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Semin Neurol. 2007 Feb;27(1):32-41.

Alzheimer's disease.

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  • 1Department of Neurosciences and the Alzheimer's Disease Research Center, University of California, San Diego, La Jolla, California 92161, USA.

Abstract

Alzheimer's disease (AD) is the most common cause of dementia in the elderly. Currently, 4.5 million individuals in the United States are estimated to have AD, and that number is projected to increase to at least 14 million by the year 2050. AD is a major cause of disability and mortality, and its impact on health care costs, including direct and indirect medical and social service costs, is estimated to be greater than $100 billion per year. AD typically presents with an insidious decline in memory that progresses to affect language, visuospatial perception, calculations, and executive functioning. Behavioral and psychiatric symptoms are also frequent in AD. Diagnosis is determined clinically, as there is currently no laboratory test to confirm AD in life. The neuropathologic hallmarks of AD are neuritic plaques and neurofibrillary tangles. Currently available medical therapies have demonstrated modest benefits but likely do not alter disease progression. Caregivers play a large role in managing the patient and should be encouraged to seek out adult day care centers, home health services, respite care, and additional social support.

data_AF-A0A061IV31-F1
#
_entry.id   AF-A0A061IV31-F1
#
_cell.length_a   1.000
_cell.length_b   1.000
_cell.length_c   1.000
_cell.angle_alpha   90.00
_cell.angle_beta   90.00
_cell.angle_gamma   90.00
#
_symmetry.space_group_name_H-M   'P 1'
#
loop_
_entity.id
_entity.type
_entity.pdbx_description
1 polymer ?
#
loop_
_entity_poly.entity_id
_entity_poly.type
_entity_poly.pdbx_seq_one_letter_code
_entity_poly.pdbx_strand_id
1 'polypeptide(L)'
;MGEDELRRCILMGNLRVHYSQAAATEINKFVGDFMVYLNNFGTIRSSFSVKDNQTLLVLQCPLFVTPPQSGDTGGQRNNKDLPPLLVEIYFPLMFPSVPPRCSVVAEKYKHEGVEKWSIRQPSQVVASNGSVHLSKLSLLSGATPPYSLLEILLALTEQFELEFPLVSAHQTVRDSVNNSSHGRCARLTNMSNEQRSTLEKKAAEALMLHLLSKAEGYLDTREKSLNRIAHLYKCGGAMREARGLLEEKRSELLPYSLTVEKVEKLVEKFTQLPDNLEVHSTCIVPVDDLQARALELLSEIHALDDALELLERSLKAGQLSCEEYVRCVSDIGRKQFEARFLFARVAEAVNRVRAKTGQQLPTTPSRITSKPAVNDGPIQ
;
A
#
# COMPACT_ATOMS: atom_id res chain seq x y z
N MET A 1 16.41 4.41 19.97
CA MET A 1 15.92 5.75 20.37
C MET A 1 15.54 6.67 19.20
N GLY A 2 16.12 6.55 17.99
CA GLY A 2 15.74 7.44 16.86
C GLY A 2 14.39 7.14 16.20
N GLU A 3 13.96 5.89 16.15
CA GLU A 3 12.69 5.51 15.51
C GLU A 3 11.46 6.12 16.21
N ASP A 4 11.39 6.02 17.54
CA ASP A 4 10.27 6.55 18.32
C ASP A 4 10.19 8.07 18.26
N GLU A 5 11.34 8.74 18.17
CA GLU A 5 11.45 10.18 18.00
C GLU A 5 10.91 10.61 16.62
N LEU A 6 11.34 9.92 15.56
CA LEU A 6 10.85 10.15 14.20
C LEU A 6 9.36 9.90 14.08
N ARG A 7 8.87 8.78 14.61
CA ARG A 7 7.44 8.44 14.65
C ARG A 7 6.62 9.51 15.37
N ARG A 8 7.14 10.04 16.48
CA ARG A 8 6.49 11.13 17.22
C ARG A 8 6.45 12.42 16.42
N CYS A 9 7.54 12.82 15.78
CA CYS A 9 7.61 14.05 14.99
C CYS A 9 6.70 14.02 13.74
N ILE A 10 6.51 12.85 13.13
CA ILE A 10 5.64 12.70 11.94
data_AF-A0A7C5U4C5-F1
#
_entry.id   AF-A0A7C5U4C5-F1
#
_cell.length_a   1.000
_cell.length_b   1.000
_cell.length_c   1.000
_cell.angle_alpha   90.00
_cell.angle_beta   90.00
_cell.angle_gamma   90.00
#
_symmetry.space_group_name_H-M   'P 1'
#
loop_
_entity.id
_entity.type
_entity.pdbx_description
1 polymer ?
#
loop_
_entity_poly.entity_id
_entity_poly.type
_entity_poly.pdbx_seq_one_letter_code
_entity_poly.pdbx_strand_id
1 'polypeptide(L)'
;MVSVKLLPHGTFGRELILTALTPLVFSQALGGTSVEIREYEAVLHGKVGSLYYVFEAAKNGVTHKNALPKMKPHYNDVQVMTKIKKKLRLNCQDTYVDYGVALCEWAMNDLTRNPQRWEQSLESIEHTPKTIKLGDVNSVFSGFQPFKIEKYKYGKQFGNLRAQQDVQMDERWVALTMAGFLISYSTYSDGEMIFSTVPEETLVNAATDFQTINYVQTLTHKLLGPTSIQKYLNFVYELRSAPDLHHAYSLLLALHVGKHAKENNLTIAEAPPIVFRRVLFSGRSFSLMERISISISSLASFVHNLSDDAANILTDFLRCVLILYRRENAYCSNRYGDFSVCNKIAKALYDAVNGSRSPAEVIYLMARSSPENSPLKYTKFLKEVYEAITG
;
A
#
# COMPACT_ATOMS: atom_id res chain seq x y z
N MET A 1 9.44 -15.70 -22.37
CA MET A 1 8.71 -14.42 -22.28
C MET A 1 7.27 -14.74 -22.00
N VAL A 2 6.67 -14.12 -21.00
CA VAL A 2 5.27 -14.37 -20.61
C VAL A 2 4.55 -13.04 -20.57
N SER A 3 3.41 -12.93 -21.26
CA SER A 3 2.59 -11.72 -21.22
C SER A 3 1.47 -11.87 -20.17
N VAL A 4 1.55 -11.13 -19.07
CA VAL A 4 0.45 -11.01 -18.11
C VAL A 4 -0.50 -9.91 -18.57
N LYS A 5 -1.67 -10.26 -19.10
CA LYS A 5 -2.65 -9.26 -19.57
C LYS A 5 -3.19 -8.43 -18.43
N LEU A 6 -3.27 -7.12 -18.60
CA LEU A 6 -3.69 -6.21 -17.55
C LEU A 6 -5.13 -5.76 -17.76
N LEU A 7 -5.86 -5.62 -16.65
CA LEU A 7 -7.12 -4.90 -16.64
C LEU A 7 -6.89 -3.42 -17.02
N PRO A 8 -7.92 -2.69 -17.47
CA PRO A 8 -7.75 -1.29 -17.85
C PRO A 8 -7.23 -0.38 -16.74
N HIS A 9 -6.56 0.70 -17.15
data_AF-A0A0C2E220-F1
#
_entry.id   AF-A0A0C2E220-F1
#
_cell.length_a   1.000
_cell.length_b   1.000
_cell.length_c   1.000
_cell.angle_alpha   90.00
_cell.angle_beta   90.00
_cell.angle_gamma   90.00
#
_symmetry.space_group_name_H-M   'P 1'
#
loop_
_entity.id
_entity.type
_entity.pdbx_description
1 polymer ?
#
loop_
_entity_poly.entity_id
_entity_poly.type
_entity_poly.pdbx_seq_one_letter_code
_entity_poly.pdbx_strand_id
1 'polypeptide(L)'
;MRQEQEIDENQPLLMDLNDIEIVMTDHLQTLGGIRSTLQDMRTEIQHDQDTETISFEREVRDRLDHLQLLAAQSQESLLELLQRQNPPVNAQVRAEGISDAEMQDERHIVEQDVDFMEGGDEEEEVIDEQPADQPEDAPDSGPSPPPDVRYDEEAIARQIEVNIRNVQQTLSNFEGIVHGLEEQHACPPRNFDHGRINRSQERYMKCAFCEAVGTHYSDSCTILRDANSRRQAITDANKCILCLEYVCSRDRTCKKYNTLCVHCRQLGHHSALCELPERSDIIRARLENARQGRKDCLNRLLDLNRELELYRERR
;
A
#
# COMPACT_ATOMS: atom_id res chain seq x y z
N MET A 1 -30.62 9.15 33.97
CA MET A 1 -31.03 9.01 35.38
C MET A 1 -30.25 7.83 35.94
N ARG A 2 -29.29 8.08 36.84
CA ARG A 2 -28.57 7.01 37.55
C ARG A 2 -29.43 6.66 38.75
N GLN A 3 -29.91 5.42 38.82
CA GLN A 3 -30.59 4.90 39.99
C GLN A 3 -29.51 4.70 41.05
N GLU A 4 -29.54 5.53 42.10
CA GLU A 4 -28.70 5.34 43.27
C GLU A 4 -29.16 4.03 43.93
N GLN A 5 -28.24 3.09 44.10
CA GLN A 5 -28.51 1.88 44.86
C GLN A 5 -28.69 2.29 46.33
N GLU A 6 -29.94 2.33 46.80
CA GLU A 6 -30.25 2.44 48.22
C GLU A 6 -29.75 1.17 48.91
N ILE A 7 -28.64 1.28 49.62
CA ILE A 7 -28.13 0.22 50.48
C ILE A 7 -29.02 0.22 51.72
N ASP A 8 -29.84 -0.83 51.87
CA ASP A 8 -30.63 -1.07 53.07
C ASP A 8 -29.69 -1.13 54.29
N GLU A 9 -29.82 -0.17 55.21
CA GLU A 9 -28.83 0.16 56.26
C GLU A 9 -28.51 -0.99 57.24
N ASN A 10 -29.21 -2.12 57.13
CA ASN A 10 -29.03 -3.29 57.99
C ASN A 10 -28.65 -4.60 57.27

PMID:
17226739
[PubMed - indexed for MEDLINE]
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